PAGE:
The Jaguar F-Type looks like the perfect sports car, but it isn’t. It may have powerful 5.0-liter V8 and 3.0-liter V6 engines, and a svelte body, but it lacks a crucial piece of hardware: a manual transmission. That would really make it perfect.
Luckily, Jaguar is rectifying that with plans to offer a stick shift on the F-Type and other models. At the other end of the spectrum, Jaguar is reportedly looking into nine-speed automatics for future models.
“Sports cars need a manual transmission for sports credibility,” Jaguar global brand director Adrian Hallmark told Autocar. This is a major shift (no pun intended) for Jaguar, which hasn’t offered a manual on any of its models in years. Hallmark said the company’s new transmission will have “a minimum of six speeds.”
While manual transmission have been abandoned by Ferrari and are fading fast at Lamborghini, it just wouldn’t seem right for the F-Type to go clutchless. High-tech supercars might need the faster shift times and general precision of an automated transmission, but it’s a different story in less-intense sports cars like the new Jag.
The F-Type is as much about the driving experience as it is about impressive numbers, so keeping the driver involved is important. It’s why it is impossible to imagine a Corvette or 911 without a stick shift. Porsche is no stranger to technology, and its PDK dual-clutch transmission is much faster than a manual. Still, the company developed the world’s first seven-speed manual for the 991-series 911. That speaks volumes about the manual’s importance to driving enthusiasts.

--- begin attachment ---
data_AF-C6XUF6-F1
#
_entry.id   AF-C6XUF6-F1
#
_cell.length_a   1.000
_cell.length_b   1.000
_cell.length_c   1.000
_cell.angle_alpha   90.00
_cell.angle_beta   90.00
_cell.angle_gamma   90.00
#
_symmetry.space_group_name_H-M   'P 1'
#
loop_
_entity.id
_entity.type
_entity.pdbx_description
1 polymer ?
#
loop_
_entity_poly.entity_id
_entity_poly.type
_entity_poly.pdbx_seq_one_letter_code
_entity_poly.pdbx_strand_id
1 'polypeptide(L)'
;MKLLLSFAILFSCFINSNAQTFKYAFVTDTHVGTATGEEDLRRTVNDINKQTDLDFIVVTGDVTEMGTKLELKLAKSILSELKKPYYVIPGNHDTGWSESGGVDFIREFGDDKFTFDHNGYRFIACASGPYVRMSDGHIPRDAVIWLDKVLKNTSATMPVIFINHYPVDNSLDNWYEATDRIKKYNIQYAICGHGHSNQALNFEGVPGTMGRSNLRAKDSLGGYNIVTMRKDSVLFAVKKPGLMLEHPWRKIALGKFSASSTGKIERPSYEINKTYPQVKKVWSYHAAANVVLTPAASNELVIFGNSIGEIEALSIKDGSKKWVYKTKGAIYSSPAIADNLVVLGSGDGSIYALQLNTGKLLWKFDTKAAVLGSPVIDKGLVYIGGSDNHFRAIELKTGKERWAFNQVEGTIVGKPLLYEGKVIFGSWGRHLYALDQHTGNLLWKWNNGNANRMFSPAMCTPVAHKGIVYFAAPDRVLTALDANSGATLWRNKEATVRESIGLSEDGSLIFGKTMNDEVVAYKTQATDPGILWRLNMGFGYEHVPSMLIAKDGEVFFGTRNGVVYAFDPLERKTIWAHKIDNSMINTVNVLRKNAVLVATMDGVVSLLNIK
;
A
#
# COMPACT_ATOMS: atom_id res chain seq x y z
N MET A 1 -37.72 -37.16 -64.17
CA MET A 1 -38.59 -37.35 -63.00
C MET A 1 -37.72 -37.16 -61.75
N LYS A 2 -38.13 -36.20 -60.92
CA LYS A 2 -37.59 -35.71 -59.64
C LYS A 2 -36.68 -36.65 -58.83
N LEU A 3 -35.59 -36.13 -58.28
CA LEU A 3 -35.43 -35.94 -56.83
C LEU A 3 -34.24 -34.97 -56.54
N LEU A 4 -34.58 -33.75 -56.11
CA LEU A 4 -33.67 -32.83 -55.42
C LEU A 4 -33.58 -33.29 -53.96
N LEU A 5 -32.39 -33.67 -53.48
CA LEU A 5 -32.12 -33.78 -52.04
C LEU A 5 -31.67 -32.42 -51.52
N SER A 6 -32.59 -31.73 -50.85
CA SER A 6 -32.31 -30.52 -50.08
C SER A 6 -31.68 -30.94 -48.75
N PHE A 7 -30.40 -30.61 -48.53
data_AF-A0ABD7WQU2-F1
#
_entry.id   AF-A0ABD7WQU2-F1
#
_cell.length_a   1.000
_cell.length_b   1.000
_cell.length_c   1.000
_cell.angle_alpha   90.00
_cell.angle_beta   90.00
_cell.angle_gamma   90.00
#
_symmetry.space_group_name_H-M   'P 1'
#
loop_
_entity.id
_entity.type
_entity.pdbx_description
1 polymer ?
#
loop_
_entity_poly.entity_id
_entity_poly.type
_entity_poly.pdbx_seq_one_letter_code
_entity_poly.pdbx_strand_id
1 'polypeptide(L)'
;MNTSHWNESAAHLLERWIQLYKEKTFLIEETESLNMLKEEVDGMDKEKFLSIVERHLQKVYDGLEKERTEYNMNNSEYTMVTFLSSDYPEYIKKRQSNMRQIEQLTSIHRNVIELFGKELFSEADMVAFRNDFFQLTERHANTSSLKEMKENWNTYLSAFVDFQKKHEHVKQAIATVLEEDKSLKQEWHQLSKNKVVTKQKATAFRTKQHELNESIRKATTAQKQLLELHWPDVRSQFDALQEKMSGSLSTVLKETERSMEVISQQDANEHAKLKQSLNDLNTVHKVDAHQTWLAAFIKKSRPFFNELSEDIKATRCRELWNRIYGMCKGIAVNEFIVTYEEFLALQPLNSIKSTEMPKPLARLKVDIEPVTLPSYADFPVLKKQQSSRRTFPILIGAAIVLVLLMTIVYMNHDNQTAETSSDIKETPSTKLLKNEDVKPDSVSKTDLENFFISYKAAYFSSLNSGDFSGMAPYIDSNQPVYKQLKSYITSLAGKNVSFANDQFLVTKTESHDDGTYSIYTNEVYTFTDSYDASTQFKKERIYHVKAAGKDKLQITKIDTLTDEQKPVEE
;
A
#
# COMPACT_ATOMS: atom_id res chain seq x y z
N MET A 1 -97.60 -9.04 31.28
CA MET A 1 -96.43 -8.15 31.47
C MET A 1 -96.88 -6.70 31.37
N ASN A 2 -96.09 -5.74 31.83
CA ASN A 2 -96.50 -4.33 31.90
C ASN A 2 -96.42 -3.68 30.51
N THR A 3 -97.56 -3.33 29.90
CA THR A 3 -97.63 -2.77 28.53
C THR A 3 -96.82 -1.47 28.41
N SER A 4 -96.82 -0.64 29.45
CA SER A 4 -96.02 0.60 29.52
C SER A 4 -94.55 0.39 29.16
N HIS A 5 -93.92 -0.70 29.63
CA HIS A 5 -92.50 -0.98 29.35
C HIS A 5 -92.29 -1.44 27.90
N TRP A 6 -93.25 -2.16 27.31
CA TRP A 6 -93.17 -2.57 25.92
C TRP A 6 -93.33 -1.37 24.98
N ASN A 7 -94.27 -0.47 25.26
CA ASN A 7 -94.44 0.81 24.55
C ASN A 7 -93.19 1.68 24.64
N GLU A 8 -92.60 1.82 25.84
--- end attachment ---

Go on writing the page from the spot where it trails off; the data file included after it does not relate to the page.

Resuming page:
Jaguar may even offer manuals in other models. Hallmark said he company would never put a stick shift in its full-size XJ flagship, but manual XF sedan is a possibility. The would definitely help make the XF’s case as a sporty alternative to the BMW 5 Series, practically the only other midsize luxury sedan with a stick.
At the other end of the transmission spectrum, Hallmark confirmed that Jaguar and corporate sibling Land Rover will pursue nine-speed automatic transmissions from ZF for future models, which begs the question of how many speeds a car can have before people start confusing it with a bicycle.
The nine-speed will replace the eight-speed ZF automatics offered in most of Jaguar and Land Rover’s 2013 models, including the XF, XJ, and Range Rover. The new ZF transmission will also find its way into future Fiat and Chrysler products.
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